Wednesday, 14 September 2011

It takes a village to raise a child

Who is helping you raise your child? I've been considering this lately. We live in a society that worships the autonomous state. We believe that the one who is strongest is the one who can do it all themselves. To ask for help is considered weak. To rely on others means you are not self-sufficient. So when it comes to a mother raising her kids, it's no surprise that the generally mentality is that we all must be the hero-mom whose children are perfect, due to nothing other than our own heroic efforts.

How exhausting that is. And how, well, stupid. (And we don't often use that word in our home.) The old saying that "it takes a village to raise a child" has centuries of truth behind it. If one person alone was trying to raise a child, exerting only one person's influence over that child, the result would be a child raised with a very narrow world-view and a very limited set of abilities, ideas, and capabilities.

Instead, we need to embrace the idea that many people can and should touch our children's lives. This sometimes starts with a teacher at school, which is often the first time when a mother must relinquish some of her control. But the possibilities of influence are endless.

If you get a chance, read this blog post by writer/speaker Shawni Eyre Pothier. She talks about how her parents touch the lives of her children, and all their grandchildren. As a grandma, Lynda Eyre is opening her grandchildren's eyes to the beauty of the earth, sharing an appreciation of art, and imparting some of her homemaking skills. As a grandfather, Richard Eyre is ensuring his grandchildren are learning the importance of spiritual things, learning to trust the Holy Spirit, and imparting wise words of wisdom to help shape their character.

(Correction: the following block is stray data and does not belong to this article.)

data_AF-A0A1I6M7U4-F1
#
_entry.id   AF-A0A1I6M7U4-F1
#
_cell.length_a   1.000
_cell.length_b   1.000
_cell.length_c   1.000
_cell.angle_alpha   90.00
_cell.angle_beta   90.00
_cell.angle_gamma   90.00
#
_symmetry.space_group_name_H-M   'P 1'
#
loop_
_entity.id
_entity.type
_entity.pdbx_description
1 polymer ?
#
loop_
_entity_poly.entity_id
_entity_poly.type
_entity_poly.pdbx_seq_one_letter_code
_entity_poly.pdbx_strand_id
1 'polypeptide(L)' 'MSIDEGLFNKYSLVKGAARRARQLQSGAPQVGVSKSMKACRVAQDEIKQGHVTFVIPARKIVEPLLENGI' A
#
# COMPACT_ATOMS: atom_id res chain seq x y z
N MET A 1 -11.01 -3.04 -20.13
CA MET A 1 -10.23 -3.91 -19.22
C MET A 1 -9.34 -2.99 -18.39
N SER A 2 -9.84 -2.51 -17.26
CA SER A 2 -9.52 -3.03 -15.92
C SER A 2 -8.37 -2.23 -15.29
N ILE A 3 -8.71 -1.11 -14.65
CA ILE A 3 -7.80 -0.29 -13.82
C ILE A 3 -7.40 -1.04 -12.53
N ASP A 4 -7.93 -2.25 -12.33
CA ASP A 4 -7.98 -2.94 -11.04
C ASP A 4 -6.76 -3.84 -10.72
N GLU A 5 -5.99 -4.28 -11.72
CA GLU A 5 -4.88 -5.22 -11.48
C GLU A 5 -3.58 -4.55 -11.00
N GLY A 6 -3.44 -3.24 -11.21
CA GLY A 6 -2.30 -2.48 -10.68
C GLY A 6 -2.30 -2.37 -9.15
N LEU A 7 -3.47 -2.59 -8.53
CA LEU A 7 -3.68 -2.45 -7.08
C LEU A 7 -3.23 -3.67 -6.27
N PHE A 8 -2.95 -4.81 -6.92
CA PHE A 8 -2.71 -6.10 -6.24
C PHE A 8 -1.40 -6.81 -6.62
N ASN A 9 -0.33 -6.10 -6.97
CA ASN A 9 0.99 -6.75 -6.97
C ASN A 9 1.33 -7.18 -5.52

You'd also be surprised how often our kids might gravitate to our own adult friends. Caleb has a soft spot for my friend Kathy, who is a ray of sunlight in everyone's life she touches. Caleb often climbs up on her lap to share something very serious with her, and Kathy listens with an appropriate gravity. Even though Kathy has a daughter Caleb's own age, Caleb will often ask if we can have a playdate with Kathy herself.

Maybe it's a church teacher, a community leader, a friend, a relative, a historical figure, or even a fictional character. Billions of people live on and have passed through this world, and so the possibilities of positive influence are endless. I don't see it as pawning off the responsibility of child-rearing to another; I see it as the opportunity to gift your child with an infinite number of multi-dimensions.

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